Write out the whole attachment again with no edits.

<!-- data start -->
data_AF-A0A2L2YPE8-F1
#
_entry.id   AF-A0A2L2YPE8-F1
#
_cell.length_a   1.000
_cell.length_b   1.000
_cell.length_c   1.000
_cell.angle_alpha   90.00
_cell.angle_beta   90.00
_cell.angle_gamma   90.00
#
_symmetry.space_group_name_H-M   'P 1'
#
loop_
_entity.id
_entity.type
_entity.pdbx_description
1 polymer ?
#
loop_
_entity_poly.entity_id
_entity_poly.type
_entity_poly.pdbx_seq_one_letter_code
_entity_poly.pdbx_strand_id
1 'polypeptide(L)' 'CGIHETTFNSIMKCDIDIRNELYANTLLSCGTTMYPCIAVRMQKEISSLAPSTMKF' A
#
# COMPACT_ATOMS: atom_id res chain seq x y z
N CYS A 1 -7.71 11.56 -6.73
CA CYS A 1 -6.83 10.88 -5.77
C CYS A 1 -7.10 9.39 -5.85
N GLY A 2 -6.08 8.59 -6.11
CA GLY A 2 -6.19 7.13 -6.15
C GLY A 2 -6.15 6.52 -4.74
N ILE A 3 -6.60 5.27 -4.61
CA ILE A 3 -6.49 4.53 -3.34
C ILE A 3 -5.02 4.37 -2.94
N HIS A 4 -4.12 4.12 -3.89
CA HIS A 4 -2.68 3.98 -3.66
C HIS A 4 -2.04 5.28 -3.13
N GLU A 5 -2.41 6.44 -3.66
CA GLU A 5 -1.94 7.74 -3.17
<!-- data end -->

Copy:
data_AF-A0A2L2YPE8-F1
#
_entry.id   AF-A0A2L2YPE8-F1
#
_cell.length_a   1.000
_cell.length_b   1.000
_cell.length_c   1.000
_cell.angle_alpha   90.00
_cell.angle_beta   90.00
_cell.angle_gamma   90.00
#
_symmetry.space_group_name_H-M   'P 1'
#
loop_
_entity.id
_entity.type
_entity.pdbx_description
1 polymer ?
#
loop_
_entity_poly.entity_id
_entity_poly.type
_entity_poly.pdbx_seq_one_letter_code
_entity_poly.pdbx_strand_id
1 'polypeptide(L)' 'CGIHETTFNSIMKCDIDIRNELYANTLLSCGTTMYPCIAVRMQKEISSLAPSTMKF' A
#
# COMPACT_ATOMS: atom_id res chain seq x y z
N CYS A 1 -7.71 11.56 -6.73
CA CYS A 1 -6.83 10.88 -5.77
C CYS A 1 -7.10 9.39 -5.85
N GLY A 2 -6.08 8.59 -6.11
CA GLY A 2 -6.19 7.13 -6.15
C GLY A 2 -6.15 6.52 -4.74
N ILE A 3 -6.60 5.27 -4.61
CA ILE A 3 -6.49 4.53 -3.34
C ILE A 3 -5.02 4.37 -2.94
N HIS A 4 -4.12 4.12 -3.89
CA HIS A 4 -2.68 3.98 -3.66
C HIS A 4 -2.04 5.28 -3.13
N GLU A 5 -2.41 6.44 -3.66
CA GLU A 5 -1.94 7.74 -3.17